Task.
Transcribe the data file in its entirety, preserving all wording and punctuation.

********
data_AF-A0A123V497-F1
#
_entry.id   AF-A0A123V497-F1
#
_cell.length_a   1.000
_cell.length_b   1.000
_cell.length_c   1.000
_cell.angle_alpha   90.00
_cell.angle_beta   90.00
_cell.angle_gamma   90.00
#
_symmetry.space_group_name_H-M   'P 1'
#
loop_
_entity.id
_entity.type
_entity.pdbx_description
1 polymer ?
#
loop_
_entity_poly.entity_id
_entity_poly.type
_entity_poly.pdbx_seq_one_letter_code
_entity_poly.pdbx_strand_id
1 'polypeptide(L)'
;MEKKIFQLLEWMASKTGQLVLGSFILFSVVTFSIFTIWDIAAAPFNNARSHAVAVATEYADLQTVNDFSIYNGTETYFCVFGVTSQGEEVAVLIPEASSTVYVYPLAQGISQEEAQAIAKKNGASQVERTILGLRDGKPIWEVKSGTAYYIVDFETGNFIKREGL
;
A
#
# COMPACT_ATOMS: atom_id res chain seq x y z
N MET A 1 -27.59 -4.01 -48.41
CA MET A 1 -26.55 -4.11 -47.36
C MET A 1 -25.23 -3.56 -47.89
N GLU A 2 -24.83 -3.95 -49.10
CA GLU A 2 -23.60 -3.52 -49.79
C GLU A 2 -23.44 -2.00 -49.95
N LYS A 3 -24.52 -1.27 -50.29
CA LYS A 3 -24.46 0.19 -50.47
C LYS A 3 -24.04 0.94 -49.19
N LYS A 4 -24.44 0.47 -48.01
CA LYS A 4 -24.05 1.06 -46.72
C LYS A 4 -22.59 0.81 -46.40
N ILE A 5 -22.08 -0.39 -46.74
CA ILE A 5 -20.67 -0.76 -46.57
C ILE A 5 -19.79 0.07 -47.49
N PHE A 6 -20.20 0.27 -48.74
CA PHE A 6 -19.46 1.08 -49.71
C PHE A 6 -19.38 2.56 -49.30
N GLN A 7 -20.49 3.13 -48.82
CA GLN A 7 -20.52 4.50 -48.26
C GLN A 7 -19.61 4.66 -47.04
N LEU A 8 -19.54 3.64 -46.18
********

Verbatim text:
data_AF-A0A123V497-F1
#
_entry.id   AF-A0A123V497-F1
#
_cell.length_a   1.000
_cell.length_b   1.000
_cell.length_c   1.000
_cell.angle_alpha   90.00
_cell.angle_beta   90.00
_cell.angle_gamma   90.00
#
_symmetry.space_group_name_H-M   'P 1'
#
loop_
_entity.id
_entity.type
_entity.pdbx_description
1 polymer ?
#
loop_
_entity_poly.entity_id
_entity_poly.type
_entity_poly.pdbx_seq_one_letter_code
_entity_poly.pdbx_strand_id
1 'polypeptide(L)'
;MEKKIFQLLEWMASKTGQLVLGSFILFSVVTFSIFTIWDIAAAPFNNARSHAVAVATEYADLQTVNDFSIYNGTETYFCVFGVTSQGEEVAVLIPEASSTVYVYPLAQGISQEEAQAIAKKNGASQVERTILGLRDGKPIWEVKSGTAYYIVDFETGNFIKREGL
;
A
#
# COMPACT_ATOMS: atom_id res chain seq x y z
N MET A 1 -27.59 -4.01 -48.41
CA MET A 1 -26.55 -4.11 -47.36
C MET A 1 -25.23 -3.56 -47.89
N GLU A 2 -24.83 -3.95 -49.10
CA GLU A 2 -23.60 -3.52 -49.79
C GLU A 2 -23.44 -2.00 -49.95
N LYS A 3 -24.52 -1.27 -50.29
CA LYS A 3 -24.46 0.19 -50.47
C LYS A 3 -24.04 0.94 -49.19
N LYS A 4 -24.44 0.47 -48.01
CA LYS A 4 -24.05 1.06 -46.72
C LYS A 4 -22.59 0.81 -46.40
N ILE A 5 -22.08 -0.39 -46.74
CA ILE A 5 -20.67 -0.76 -46.57
C ILE A 5 -19.79 0.07 -47.49
N PHE A 6 -20.20 0.27 -48.74
CA PHE A 6 -19.46 1.08 -49.71
C PHE A 6 -19.38 2.56 -49.30
N GLN A 7 -20.49 3.13 -48.82
CA GLN A 7 -20.52 4.50 -48.26
C GLN A 7 -19.61 4.66 -47.04
N LEU A 8 -19.54 3.64 -46.18